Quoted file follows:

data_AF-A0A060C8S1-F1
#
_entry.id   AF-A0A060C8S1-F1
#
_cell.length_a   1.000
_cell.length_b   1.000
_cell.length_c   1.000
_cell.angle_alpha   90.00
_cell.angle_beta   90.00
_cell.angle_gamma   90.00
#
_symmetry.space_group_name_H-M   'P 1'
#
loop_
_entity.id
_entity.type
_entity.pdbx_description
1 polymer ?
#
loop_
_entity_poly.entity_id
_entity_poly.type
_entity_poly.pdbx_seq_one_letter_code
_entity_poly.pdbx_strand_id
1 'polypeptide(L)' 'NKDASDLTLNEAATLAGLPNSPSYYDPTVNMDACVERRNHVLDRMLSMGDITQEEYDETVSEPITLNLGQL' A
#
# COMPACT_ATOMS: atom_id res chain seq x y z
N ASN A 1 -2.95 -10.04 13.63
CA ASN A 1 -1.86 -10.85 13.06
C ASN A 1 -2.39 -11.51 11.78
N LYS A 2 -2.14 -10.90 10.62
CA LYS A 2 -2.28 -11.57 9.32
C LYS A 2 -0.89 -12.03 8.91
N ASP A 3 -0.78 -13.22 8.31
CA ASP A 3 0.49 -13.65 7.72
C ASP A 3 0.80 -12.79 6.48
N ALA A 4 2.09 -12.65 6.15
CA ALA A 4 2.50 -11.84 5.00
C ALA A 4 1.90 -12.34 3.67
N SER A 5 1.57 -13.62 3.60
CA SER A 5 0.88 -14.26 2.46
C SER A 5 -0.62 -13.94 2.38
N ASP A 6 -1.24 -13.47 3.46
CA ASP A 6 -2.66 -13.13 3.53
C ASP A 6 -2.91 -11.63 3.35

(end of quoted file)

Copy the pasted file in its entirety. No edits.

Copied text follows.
data_AF-A0A060C8S1-F1
#
_entry.id   AF-A0A060C8S1-F1
#
_cell.length_a   1.000
_cell.length_b   1.000
_cell.length_c   1.000
_cell.angle_alpha   90.00
_cell.angle_beta   90.00
_cell.angle_gamma   90.00
#
_symmetry.space_group_name_H-M   'P 1'
#
loop_
_entity.id
_entity.type
_entity.pdbx_description
1 polymer ?
#
loop_
_entity_poly.entity_id
_entity_poly.type
_entity_poly.pdbx_seq_one_letter_code
_entity_poly.pdbx_strand_id
1 'polypeptide(L)' 'NKDASDLTLNEAATLAGLPNSPSYYDPTVNMDACVERRNHVLDRMLSMGDITQEEYDETVSEPITLNLGQL' A
#
# COMPACT_ATOMS: atom_id res chain seq x y z
N ASN A 1 -2.95 -10.04 13.63
CA ASN A 1 -1.86 -10.85 13.06
C ASN A 1 -2.39 -11.51 11.78
N LYS A 2 -2.14 -10.90 10.62
CA LYS A 2 -2.28 -11.57 9.32
C LYS A 2 -0.89 -12.03 8.91
N ASP A 3 -0.78 -13.22 8.31
CA ASP A 3 0.49 -13.65 7.72
C ASP A 3 0.80 -12.79 6.48
N ALA A 4 2.09 -12.65 6.15
CA ALA A 4 2.50 -11.84 5.00
C ALA A 4 1.90 -12.34 3.67
N SER A 5 1.57 -13.62 3.60
CA SER A 5 0.88 -14.26 2.46
C SER A 5 -0.62 -13.94 2.38
N ASP A 6 -1.24 -13.47 3.46
CA ASP A 6 -2.66 -13.13 3.53
C ASP A 6 -2.91 -11.63 3.35